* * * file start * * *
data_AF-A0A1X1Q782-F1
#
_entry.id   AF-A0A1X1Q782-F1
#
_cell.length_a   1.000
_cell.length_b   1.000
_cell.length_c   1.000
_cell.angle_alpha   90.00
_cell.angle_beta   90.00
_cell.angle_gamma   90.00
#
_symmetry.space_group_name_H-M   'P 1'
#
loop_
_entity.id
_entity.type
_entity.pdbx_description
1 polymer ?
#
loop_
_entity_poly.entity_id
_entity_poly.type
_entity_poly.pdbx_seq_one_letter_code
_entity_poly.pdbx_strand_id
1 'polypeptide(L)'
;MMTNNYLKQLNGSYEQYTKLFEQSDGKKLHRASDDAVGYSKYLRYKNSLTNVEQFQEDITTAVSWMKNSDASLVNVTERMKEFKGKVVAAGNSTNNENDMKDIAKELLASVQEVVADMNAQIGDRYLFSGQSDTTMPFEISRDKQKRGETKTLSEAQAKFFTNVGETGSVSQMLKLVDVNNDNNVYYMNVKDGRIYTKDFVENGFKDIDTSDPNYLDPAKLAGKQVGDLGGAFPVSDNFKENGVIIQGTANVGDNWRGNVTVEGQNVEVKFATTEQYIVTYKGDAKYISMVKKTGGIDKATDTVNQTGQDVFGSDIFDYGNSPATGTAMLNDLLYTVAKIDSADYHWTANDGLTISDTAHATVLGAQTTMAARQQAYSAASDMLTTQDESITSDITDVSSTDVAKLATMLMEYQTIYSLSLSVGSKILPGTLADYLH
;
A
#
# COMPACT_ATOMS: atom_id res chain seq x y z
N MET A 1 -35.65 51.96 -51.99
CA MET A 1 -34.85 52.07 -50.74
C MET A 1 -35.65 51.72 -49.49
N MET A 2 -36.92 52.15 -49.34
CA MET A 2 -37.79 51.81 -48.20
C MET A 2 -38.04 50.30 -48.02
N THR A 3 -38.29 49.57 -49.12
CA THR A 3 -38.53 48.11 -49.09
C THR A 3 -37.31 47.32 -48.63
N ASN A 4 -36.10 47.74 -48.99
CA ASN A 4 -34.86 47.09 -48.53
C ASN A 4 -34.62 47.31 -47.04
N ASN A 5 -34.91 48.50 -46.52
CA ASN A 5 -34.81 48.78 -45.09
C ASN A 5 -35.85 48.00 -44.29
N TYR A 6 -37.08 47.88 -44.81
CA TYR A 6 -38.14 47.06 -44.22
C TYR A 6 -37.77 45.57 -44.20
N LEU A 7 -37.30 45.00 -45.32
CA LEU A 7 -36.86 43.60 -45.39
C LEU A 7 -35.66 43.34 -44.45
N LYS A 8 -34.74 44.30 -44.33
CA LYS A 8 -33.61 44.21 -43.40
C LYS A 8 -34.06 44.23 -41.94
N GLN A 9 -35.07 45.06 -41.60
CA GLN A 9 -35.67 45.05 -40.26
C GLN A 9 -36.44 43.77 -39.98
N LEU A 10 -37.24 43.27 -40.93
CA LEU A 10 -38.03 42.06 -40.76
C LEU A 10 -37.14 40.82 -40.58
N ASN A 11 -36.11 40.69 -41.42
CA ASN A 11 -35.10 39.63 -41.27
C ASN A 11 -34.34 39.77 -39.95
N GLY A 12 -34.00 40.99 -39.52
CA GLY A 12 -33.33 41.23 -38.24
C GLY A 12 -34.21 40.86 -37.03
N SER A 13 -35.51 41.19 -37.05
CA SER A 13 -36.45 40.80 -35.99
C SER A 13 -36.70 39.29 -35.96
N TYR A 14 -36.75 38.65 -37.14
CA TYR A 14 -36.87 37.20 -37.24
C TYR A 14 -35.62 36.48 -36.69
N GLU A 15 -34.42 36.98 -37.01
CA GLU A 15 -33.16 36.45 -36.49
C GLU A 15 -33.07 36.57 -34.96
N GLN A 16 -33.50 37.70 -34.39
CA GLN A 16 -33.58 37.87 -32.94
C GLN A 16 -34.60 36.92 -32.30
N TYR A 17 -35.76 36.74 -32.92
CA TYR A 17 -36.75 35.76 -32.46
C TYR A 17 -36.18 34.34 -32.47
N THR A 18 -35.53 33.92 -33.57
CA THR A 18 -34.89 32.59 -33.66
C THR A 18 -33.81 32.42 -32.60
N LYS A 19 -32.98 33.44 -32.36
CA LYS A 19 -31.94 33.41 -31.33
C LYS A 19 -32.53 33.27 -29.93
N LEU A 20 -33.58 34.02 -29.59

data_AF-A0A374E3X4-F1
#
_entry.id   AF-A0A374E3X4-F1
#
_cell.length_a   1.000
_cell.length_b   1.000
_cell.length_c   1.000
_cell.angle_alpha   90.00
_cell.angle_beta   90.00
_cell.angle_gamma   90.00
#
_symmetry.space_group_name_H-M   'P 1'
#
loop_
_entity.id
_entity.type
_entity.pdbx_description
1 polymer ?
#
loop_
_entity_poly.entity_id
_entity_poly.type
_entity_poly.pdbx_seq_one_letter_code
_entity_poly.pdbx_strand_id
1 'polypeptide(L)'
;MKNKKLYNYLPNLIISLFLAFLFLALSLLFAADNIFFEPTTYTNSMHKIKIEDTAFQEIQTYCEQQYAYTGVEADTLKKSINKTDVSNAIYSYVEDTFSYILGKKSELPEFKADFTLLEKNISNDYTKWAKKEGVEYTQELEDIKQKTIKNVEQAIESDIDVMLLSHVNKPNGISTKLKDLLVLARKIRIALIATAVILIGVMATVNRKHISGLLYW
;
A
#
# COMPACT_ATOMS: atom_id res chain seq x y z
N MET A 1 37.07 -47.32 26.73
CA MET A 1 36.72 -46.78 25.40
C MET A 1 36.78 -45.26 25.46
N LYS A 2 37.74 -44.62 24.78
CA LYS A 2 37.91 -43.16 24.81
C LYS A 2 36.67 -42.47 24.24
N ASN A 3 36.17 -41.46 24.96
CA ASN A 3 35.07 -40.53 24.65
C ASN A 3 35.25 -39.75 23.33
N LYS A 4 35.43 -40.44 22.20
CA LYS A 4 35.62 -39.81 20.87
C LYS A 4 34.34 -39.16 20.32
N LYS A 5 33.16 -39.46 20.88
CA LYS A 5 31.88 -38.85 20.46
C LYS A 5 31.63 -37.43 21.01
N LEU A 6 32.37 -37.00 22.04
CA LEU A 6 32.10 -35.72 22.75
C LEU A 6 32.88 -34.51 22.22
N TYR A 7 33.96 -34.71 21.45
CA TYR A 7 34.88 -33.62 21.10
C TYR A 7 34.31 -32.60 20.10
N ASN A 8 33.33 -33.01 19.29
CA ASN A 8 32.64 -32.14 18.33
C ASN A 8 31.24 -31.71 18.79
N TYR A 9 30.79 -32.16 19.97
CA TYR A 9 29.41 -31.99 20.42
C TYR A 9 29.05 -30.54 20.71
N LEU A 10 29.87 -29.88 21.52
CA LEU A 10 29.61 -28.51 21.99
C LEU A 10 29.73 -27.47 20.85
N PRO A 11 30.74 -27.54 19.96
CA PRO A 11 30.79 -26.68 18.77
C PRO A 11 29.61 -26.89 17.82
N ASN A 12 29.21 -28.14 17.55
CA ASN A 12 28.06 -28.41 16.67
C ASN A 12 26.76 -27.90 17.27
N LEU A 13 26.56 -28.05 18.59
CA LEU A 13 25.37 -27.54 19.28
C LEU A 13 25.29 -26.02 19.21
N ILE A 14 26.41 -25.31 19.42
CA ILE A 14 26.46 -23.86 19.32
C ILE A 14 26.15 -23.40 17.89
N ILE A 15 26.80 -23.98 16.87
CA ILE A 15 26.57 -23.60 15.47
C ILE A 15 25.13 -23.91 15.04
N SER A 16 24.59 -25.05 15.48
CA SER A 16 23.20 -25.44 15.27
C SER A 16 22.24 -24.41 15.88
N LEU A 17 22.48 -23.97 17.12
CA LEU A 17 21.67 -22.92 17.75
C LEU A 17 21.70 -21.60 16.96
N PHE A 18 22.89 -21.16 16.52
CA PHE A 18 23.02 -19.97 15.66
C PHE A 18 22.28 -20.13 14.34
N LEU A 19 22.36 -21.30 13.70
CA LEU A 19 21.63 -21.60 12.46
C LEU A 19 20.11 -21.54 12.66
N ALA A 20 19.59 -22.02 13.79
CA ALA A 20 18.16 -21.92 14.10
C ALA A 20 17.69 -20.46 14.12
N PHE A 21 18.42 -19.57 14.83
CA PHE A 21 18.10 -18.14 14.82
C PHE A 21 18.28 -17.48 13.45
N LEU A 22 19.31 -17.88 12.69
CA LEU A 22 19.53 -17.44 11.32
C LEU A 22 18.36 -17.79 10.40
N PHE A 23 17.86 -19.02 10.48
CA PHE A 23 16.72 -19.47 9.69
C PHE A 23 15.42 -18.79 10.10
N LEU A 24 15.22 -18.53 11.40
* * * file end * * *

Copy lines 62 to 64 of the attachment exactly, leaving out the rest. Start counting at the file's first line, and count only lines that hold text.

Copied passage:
CA ASN A 11 -35.10 39.63 -41.27
C ASN A 11 -34.34 39.77 -39.95
N GLY A 12 -34.00 40.99 -39.52